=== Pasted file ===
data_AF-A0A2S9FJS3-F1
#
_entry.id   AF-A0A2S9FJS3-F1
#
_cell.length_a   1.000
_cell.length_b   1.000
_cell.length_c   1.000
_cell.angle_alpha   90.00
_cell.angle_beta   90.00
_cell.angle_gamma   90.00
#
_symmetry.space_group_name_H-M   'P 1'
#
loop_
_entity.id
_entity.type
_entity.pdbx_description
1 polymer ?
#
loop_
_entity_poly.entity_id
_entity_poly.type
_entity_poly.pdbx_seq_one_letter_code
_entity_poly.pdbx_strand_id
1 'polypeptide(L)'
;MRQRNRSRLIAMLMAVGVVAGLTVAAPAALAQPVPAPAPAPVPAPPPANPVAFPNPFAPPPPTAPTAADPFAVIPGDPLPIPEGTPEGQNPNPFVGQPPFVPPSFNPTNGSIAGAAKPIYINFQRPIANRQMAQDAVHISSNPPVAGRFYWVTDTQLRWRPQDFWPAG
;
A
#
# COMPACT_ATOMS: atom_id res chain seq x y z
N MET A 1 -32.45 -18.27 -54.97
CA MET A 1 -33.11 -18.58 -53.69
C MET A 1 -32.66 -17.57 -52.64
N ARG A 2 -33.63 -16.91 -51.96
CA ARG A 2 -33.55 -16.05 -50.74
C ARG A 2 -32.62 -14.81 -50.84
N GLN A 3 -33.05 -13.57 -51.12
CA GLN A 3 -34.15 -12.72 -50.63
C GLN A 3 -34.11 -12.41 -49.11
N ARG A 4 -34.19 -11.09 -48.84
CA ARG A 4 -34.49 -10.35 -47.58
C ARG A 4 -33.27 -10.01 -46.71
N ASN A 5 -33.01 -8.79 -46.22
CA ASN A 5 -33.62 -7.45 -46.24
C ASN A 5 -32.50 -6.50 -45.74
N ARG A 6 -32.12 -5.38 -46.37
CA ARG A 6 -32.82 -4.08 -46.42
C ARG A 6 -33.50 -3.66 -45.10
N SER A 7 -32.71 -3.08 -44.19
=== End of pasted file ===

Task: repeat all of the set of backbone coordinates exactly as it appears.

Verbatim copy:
data_AF-A0A2S9FJS3-F1
#
_entry.id   AF-A0A2S9FJS3-F1
#
_cell.length_a   1.000
_cell.length_b   1.000
_cell.length_c   1.000
_cell.angle_alpha   90.00
_cell.angle_beta   90.00
_cell.angle_gamma   90.00
#
_symmetry.space_group_name_H-M   'P 1'
#
loop_
_entity.id
_entity.type
_entity.pdbx_description
1 polymer ?
#
loop_
_entity_poly.entity_id
_entity_poly.type
_entity_poly.pdbx_seq_one_letter_code
_entity_poly.pdbx_strand_id
1 'polypeptide(L)'
;MRQRNRSRLIAMLMAVGVVAGLTVAAPAALAQPVPAPAPAPVPAPPPANPVAFPNPFAPPPPTAPTAADPFAVIPGDPLPIPEGTPEGQNPNPFVGQPPFVPPSFNPTNGSIAGAAKPIYINFQRPIANRQMAQDAVHISSNPPVAGRFYWVTDTQLRWRPQDFWPAG
;
A
#
# COMPACT_ATOMS: atom_id res chain seq x y z
N MET A 1 -32.45 -18.27 -54.97
CA MET A 1 -33.11 -18.58 -53.69
C MET A 1 -32.66 -17.57 -52.64
N ARG A 2 -33.63 -16.91 -51.96
CA ARG A 2 -33.55 -16.05 -50.74
C ARG A 2 -32.62 -14.81 -50.84
N GLN A 3 -33.05 -13.57 -51.12
CA GLN A 3 -34.15 -12.72 -50.63
C GLN A 3 -34.11 -12.41 -49.11
N ARG A 4 -34.19 -11.09 -48.84
CA ARG A 4 -34.49 -10.35 -47.58
C ARG A 4 -33.27 -10.01 -46.71
N ASN A 5 -33.01 -8.79 -46.22
CA ASN A 5 -33.62 -7.45 -46.24
C ASN A 5 -32.50 -6.50 -45.74
N ARG A 6 -32.12 -5.38 -46.37
CA ARG A 6 -32.82 -4.08 -46.42
C ARG A 6 -33.50 -3.66 -45.10
N SER A 7 -32.71 -3.08 -44.19